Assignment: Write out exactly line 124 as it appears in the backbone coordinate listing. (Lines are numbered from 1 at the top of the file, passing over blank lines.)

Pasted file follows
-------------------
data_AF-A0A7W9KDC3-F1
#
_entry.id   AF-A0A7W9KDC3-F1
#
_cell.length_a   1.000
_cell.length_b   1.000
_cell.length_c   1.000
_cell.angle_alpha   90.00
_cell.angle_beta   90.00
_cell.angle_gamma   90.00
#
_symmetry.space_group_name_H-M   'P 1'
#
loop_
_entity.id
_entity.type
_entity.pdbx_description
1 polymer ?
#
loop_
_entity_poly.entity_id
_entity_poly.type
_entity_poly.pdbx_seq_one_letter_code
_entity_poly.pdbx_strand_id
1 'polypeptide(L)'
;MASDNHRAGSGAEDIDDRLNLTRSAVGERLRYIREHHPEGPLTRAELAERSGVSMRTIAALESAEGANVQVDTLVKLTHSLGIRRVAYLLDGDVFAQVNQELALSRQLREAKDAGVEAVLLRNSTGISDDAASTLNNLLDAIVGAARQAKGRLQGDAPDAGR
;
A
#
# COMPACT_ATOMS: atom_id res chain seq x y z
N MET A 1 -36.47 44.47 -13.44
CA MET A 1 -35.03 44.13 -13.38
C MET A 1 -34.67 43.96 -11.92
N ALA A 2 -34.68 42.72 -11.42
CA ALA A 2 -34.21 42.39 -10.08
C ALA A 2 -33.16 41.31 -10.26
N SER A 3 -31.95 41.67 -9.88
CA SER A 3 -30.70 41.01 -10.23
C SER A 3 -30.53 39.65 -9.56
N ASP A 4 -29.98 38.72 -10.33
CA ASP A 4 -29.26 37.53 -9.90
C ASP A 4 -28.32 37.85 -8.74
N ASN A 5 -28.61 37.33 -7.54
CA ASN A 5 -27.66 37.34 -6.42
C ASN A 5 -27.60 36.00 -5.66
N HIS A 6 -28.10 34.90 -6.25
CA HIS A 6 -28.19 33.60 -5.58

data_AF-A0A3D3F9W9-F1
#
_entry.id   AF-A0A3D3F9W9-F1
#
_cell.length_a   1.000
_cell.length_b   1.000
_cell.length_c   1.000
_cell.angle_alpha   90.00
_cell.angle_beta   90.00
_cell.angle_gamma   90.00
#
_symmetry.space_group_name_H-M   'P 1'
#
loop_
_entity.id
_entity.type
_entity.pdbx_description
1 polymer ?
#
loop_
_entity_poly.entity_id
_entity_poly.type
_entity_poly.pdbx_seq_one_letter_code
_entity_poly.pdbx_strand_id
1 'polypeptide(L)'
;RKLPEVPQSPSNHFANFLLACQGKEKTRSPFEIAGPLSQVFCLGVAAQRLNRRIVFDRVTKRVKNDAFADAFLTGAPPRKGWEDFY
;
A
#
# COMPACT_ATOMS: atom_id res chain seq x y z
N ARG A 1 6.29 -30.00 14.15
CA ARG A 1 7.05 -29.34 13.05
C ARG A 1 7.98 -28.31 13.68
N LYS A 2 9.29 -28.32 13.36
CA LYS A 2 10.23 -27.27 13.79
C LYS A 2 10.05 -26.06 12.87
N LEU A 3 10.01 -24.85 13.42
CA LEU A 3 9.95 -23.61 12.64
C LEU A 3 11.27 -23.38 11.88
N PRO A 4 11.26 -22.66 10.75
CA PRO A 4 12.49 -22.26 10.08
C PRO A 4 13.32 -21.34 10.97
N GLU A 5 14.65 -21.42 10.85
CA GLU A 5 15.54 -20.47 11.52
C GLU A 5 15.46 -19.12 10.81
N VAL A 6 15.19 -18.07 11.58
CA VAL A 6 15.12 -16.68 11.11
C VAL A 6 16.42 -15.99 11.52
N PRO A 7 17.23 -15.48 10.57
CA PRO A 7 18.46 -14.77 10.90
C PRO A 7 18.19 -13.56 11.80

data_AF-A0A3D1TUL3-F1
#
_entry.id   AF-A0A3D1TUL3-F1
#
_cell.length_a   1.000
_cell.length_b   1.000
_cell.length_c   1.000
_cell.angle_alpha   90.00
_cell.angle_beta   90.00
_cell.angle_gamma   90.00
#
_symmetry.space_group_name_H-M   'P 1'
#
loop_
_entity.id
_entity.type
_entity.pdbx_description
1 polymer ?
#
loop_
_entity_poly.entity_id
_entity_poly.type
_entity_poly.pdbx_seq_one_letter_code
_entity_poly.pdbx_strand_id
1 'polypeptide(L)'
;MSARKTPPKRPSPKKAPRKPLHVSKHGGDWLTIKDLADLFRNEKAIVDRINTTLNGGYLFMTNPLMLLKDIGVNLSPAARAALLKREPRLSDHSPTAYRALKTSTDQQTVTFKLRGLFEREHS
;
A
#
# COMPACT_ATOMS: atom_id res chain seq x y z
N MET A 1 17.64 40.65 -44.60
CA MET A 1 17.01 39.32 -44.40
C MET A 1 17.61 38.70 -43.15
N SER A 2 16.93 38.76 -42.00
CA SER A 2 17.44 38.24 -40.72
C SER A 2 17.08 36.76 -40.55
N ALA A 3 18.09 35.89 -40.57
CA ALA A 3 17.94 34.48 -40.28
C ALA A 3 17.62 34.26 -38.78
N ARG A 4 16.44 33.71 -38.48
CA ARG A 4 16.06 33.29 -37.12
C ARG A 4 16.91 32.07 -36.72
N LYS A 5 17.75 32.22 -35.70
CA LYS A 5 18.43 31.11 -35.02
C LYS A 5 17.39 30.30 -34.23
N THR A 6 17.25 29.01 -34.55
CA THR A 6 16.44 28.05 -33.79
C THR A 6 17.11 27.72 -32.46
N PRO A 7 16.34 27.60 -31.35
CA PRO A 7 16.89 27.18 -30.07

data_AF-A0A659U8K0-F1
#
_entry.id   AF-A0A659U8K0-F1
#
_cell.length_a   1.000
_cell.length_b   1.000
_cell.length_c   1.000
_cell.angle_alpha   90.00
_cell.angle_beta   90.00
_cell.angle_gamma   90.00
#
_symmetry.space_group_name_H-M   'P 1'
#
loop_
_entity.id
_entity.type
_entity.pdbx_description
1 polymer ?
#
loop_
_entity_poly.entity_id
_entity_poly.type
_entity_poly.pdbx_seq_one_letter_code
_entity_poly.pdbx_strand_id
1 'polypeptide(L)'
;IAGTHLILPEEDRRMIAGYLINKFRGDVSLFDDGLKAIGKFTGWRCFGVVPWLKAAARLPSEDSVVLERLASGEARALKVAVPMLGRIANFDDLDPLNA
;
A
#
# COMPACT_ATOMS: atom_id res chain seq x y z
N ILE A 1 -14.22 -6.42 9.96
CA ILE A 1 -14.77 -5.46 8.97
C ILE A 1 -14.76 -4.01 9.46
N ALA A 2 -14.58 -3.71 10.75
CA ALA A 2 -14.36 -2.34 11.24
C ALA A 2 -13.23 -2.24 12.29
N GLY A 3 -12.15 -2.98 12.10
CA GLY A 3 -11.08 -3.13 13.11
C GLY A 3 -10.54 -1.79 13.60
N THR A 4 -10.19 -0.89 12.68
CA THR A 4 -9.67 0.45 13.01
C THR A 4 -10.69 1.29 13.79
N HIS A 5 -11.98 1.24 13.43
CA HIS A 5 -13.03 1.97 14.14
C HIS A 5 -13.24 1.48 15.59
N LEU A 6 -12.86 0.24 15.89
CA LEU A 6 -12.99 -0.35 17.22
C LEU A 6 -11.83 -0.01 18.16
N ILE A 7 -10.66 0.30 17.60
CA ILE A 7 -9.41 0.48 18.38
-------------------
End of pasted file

;MSARKTPPKRPSPKKAPRKPLHVSKHGGDWLTIKDLADLFRNEKAIVDRINTTLNGGYLFMTNPLMLLKDIGVNLSPAARAALLKREPRLSDHSPTAYRALKTSTDQQTVTFKLRGLFEREHS